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Old 12-08-2019, 06:19 PM   #1
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Chassis clips?

The floor of my bus is attached to the chassis rails with these clip/bracket things:

IMG_0689.png

They're a slightly-bent piece of formed sheet metal that bolts into the bottom of the cross-member and clips the body to the top flanges of the chassis rails. Does anybody know what these are actually called and where I could find eight or so of them online?

I basically need to clip my new frame to the chassis in the same manner. I've though of a few ways to improvise something to do this, but I'd rather attach something meant for this.
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Old 12-08-2019, 07:01 PM   #2
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The floor, technically, yes. Those clips hold the whole unibody to the frame.

You lost me on clipping the frame to the chassis?
Looks like those brackets are a bus scrap yard find.
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Old 12-08-2019, 07:07 PM   #3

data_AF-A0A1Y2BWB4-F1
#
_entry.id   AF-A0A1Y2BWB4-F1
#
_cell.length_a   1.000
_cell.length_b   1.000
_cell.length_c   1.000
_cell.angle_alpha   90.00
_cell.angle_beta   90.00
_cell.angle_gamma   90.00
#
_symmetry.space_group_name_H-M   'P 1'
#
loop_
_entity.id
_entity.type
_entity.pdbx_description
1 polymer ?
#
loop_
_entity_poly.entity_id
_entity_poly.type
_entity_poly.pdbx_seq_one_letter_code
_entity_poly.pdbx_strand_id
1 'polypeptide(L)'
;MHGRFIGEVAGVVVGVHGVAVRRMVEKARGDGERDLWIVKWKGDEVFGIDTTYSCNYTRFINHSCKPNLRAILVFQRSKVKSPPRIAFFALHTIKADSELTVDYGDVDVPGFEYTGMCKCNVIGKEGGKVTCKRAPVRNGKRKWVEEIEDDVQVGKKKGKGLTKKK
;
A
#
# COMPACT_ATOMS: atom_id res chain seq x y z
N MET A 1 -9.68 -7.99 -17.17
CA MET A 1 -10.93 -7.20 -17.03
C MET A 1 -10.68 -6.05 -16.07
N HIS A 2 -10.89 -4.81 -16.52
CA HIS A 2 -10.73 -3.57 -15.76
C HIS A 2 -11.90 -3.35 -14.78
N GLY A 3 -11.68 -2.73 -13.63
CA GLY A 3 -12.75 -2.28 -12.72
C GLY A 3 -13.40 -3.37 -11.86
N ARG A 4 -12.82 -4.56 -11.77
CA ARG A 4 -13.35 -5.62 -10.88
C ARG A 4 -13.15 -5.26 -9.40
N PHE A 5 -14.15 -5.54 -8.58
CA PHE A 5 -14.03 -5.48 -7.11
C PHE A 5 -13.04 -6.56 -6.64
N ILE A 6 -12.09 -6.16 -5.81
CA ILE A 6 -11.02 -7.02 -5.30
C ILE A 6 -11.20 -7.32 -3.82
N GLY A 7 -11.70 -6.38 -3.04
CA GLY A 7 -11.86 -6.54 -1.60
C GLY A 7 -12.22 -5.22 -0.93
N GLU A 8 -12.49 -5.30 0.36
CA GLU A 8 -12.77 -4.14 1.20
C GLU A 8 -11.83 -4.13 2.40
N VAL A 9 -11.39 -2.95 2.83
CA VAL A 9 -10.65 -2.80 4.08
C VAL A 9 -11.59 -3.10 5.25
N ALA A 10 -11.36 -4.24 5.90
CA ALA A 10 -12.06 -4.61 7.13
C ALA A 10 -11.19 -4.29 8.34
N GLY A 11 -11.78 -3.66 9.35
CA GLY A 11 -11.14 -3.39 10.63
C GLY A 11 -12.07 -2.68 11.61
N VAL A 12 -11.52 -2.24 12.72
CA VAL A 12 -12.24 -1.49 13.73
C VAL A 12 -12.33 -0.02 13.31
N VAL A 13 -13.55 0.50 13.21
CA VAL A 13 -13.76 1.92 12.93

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The floor, technically, yes. Those clips hold the whole unibody to the frame.

You lost me on clipping the frame to the chassis?
Looks like those brackets are a bus scrap yard find.
I've rebuilt an 8' section of my floor around the wheel wells. Right now, the cross-members for my new section are just sitting on the chassis rails. I want to clip these new cross-members to the chassis rails in the same way that the original floor was clipped to the chassis rails, using these clip things.

I don't think I'm going to find these exact pieces (manufactured by International, I guess) anywhere, but I'm wondering if trucks or trailers perhaps use a similar sort of bracket to attach things to the chassis.
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Old 12-08-2019, 07:21 PM   #4
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No, those are made by Blue Bird (or whoever made the body ... likely IC in your case). I'd check bus boneyards or poke around if anyone on the forum is about to scrap a bus and can make a deal on some of these, but I'll bet new ones can be had.
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Old 12-08-2019, 07:22 PM   #5